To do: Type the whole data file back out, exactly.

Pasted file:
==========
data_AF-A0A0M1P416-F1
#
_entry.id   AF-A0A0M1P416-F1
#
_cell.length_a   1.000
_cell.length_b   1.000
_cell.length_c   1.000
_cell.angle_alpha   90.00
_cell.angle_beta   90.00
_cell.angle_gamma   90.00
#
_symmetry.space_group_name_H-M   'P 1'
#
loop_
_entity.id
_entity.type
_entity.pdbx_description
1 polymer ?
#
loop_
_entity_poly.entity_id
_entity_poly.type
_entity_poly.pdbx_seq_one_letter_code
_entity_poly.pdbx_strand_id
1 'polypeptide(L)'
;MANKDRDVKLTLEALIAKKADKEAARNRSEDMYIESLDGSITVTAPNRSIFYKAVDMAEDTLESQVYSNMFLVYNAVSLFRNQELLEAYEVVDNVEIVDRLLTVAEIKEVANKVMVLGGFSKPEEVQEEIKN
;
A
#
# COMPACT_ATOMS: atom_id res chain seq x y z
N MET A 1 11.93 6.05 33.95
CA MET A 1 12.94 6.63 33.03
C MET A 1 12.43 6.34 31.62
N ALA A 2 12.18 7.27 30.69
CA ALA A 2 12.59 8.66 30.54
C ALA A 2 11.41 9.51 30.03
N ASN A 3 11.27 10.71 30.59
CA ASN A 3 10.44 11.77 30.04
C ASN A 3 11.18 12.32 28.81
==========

data_AF-A0A0M1P416-F1
#
_entry.id   AF-A0A0M1P416-F1
#
_cell.length_a   1.000
_cell.length_b   1.000
_cell.length_c   1.000
_cell.angle_alpha   90.00
_cell.angle_beta   90.00
_cell.angle_gamma   90.00
#
_symmetry.space_group_name_H-M   'P 1'
#
loop_
_entity.id
_entity.type
_entity.pdbx_description
1 polymer ?
#
loop_
_entity_poly.entity_id
_entity_poly.type
_entity_poly.pdbx_seq_one_letter_code
_entity_poly.pdbx_strand_id
1 'polypeptide(L)'
;MANKDRDVKLTLEALIAKKADKEAARNRSEDMYIESLDGSITVTAPNRSIFYKAVDMAEDTLESQVYSNMFLVYNAVSLFRNQELLEAYEVVDNVEIVDRLLTVAEIKEVANKVMVLGGFSKPEEVQEEIKN
;
A
#
# COMPACT_ATOMS: atom_id res chain seq x y z
N MET A 1 11.93 6.05 33.95
CA MET A 1 12.94 6.63 33.03
C MET A 1 12.43 6.34 31.62
N ALA A 2 12.18 7.27 30.69
CA ALA A 2 12.59 8.66 30.54
C ALA A 2 11.41 9.51 30.03
N ASN A 3 11.27 10.71 30.59
CA ASN A 3 10.44 11.77 30.04
C ASN A 3 11.18 12.32 28.81